Belly does food and wine really, really well and shrugs its way through beer. There’s no printed menu; instead the server struggles to remember whatever they happen to be serving, which seems to be chosen at whim. It feels strange to criticize a wine bar for its beer selection, so allow me to pose the critique this way: don’t serve beer. No beer list is better than a haphazard beer list. We can all drink wine for the night or enjoy the food and company. [Counterintuitive protip: Do not order the ‘Smores when it is cold out.] But Belly’s beer list is a logical, awful result of epistemic closure. The people who run Belly know that it’s not worth replicating what’s out there but also don’t see the need to learn more and try something new.
Just on the other side of the small plaza is State Park, the casual spin-off of the tiny Hungry Mother. State Park hasn’t quite figured out what it is. The place wants to look like a dive bar. Instead the aesthetics tell you that someone spent fantastic sums of money trying to replicate a dive. An ornamental pool table takes up space that could be used for tables. A jukebox proudly displays CDs. Everywhere there are cute figurines and miniatures.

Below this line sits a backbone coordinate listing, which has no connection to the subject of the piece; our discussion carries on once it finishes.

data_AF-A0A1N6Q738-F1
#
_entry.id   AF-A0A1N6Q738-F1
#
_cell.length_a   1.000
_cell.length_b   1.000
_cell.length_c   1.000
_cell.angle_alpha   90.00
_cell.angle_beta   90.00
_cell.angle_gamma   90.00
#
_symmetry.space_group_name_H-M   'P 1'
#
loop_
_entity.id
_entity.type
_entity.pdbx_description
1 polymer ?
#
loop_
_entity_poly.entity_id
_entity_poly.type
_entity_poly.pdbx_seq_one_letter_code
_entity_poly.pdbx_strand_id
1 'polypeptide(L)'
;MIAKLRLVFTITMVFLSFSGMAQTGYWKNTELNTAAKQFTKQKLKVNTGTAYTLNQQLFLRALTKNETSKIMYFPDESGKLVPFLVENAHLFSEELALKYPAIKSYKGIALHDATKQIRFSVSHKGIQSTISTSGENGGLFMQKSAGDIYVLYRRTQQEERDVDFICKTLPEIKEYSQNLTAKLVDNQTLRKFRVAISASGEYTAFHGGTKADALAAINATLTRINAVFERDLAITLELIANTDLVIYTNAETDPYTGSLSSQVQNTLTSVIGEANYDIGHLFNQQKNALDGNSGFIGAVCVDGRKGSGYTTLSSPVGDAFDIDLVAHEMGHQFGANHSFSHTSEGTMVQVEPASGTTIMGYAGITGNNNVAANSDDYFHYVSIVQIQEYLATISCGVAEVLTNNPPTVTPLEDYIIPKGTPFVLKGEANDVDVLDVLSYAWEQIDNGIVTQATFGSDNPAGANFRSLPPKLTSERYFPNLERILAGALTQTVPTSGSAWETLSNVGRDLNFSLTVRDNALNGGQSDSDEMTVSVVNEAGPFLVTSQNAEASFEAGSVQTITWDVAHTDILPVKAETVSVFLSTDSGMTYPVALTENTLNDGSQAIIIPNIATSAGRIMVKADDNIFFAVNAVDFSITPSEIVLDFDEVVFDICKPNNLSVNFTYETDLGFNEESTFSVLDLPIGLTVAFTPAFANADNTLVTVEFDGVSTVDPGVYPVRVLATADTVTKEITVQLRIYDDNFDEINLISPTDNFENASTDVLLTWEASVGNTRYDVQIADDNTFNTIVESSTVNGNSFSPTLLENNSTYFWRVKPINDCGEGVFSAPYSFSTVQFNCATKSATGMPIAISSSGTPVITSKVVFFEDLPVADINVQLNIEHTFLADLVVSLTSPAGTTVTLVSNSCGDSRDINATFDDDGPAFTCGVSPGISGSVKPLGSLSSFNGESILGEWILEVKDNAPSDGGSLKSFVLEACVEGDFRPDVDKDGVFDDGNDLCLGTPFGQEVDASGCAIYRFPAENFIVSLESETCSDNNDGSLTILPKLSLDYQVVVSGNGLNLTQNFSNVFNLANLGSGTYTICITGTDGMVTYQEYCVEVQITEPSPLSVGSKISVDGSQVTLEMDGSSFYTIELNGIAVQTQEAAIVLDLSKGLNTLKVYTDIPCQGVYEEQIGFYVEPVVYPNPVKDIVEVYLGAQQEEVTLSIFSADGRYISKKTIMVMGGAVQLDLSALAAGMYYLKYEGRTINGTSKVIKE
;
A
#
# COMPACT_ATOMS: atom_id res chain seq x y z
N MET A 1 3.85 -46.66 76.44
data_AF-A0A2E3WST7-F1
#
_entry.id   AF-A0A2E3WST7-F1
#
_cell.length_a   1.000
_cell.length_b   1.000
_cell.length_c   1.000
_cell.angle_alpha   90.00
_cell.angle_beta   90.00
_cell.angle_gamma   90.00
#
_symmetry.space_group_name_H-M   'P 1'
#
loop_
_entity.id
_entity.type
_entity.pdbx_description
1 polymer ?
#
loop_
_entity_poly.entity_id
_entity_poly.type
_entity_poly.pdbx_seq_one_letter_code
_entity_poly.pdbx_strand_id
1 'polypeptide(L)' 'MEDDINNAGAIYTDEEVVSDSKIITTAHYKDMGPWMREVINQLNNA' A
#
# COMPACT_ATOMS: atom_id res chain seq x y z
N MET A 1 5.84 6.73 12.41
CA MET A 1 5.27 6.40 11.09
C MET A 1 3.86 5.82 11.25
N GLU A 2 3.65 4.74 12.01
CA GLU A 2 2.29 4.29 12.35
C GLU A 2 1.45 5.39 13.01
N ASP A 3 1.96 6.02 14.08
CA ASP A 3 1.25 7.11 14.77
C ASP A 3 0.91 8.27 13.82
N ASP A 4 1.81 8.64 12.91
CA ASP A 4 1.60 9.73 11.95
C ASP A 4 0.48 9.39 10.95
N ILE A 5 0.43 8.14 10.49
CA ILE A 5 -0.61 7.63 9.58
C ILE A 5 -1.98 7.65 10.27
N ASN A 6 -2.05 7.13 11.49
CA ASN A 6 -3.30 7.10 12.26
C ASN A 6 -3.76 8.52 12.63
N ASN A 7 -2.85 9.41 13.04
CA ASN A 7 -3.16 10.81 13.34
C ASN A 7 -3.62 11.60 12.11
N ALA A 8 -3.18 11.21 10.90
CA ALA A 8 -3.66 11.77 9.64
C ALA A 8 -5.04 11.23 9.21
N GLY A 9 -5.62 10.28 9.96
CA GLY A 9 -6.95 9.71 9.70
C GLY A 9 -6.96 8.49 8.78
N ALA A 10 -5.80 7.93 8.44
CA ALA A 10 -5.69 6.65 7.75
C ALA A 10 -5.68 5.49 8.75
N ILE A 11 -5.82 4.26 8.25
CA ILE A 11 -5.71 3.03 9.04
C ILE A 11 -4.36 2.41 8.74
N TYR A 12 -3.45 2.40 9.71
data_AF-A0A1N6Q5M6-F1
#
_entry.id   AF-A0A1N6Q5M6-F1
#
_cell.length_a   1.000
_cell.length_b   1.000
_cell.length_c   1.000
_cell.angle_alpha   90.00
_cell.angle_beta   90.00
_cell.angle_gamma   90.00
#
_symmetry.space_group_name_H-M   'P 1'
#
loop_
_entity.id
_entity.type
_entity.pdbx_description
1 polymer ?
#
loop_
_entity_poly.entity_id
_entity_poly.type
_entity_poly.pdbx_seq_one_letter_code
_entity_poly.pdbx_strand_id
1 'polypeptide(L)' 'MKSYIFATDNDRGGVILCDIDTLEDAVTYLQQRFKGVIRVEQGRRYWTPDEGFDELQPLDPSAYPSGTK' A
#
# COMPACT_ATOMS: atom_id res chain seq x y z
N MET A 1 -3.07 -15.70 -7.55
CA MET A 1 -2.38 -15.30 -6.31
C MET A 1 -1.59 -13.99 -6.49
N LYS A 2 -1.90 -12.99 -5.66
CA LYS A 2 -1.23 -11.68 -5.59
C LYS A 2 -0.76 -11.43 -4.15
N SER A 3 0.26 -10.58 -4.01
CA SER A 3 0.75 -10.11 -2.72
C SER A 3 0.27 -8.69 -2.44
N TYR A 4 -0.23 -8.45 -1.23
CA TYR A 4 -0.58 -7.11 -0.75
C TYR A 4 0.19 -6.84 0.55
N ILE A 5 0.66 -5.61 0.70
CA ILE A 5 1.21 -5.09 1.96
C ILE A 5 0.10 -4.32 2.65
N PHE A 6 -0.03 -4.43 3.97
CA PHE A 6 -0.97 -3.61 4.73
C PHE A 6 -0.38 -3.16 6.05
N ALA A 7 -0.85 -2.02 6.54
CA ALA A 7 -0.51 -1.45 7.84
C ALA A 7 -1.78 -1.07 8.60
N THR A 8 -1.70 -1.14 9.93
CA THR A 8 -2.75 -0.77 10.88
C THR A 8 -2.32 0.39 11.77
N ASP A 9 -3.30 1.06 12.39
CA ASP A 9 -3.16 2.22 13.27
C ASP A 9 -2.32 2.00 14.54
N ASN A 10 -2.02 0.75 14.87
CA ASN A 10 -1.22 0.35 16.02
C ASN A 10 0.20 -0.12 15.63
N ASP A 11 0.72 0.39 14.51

The beer list is packed with bric-a-brac: Narragansett on tap! Cans of Hamm’s! But the real diabolical genius is the “Shot & A Beer” section of the menu. For $8.75, you get “Dad’s Hat Manhattan & A Rolling Rock.” It’s fun to order, but in the end you’re ultimately drinking an OK shot and a mediocre beer. Basically, State Park has devised a way to get you to order bad beer at high prices while also feeling good about it.